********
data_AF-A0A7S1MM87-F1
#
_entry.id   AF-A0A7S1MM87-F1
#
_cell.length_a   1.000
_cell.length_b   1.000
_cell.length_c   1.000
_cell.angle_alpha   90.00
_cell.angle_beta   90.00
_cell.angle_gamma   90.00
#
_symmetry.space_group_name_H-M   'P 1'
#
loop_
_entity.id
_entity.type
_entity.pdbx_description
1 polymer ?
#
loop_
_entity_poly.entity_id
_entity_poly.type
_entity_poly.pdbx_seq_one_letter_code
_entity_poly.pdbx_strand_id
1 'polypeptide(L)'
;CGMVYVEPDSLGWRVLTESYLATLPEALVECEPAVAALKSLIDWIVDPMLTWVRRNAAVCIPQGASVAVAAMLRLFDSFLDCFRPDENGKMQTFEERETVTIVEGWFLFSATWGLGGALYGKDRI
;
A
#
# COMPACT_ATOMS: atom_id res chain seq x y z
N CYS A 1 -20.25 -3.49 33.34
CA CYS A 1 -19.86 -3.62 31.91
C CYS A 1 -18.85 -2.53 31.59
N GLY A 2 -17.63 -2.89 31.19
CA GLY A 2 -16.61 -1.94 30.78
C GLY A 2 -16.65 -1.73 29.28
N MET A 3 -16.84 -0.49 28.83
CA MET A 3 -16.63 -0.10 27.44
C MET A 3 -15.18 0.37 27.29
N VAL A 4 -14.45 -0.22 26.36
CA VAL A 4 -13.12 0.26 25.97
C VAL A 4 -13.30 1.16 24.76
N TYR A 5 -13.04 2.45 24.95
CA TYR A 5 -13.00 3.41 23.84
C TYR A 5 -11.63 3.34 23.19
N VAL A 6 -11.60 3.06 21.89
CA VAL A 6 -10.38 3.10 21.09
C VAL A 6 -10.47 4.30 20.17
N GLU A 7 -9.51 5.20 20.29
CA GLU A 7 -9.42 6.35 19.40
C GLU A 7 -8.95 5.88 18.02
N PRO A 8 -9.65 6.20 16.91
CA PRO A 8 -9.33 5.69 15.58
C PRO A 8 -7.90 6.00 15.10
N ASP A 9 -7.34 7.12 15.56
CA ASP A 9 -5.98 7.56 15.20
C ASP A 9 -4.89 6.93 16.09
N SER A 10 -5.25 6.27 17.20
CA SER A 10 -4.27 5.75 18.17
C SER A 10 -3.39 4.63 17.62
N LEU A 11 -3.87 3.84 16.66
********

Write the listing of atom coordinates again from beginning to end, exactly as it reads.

data_AF-A0A7S1MM87-F1
#
_entry.id   AF-A0A7S1MM87-F1
#
_cell.length_a   1.000
_cell.length_b   1.000
_cell.length_c   1.000
_cell.angle_alpha   90.00
_cell.angle_beta   90.00
_cell.angle_gamma   90.00
#
_symmetry.space_group_name_H-M   'P 1'
#
loop_
_entity.id
_entity.type
_entity.pdbx_description
1 polymer ?
#
loop_
_entity_poly.entity_id
_entity_poly.type
_entity_poly.pdbx_seq_one_letter_code
_entity_poly.pdbx_strand_id
1 'polypeptide(L)'
;CGMVYVEPDSLGWRVLTESYLATLPEALVECEPAVAALKSLIDWIVDPMLTWVRRNAAVCIPQGASVAVAAMLRLFDSFLDCFRPDENGKMQTFEERETVTIVEGWFLFSATWGLGGALYGKDRI
;
A
#
# COMPACT_ATOMS: atom_id res chain seq x y z
N CYS A 1 -20.25 -3.49 33.34
CA CYS A 1 -19.86 -3.62 31.91
C CYS A 1 -18.85 -2.53 31.59
N GLY A 2 -17.63 -2.89 31.19
CA GLY A 2 -16.61 -1.94 30.78
C GLY A 2 -16.65 -1.73 29.28
N MET A 3 -16.84 -0.49 28.83
CA MET A 3 -16.63 -0.10 27.44
C MET A 3 -15.18 0.37 27.29
N VAL A 4 -14.45 -0.22 26.36
CA VAL A 4 -13.12 0.26 25.97
C VAL A 4 -13.30 1.16 24.76
N TYR A 5 -13.04 2.45 24.95
CA TYR A 5 -13.00 3.41 23.84
C TYR A 5 -11.63 3.34 23.19
N VAL A 6 -11.60 3.06 21.89
CA VAL A 6 -10.38 3.10 21.09
C VAL A 6 -10.47 4.30 20.17
N GLU A 7 -9.51 5.20 20.29
CA GLU A 7 -9.42 6.35 19.40
C GLU A 7 -8.95 5.88 18.02
N PRO A 8 -9.65 6.20 16.91
CA PRO A 8 -9.33 5.69 15.58
C PRO A 8 -7.90 6.00 15.10
N ASP A 9 -7.34 7.12 15.56
CA ASP A 9 -5.98 7.56 15.20
C ASP A 9 -4.89 6.93 16.09
N SER A 10 -5.25 6.27 17.20
CA SER A 10 -4.27 5.75 18.17
C SER A 10 -3.39 4.63 17.62
N LEU A 11 -3.87 3.84 16.66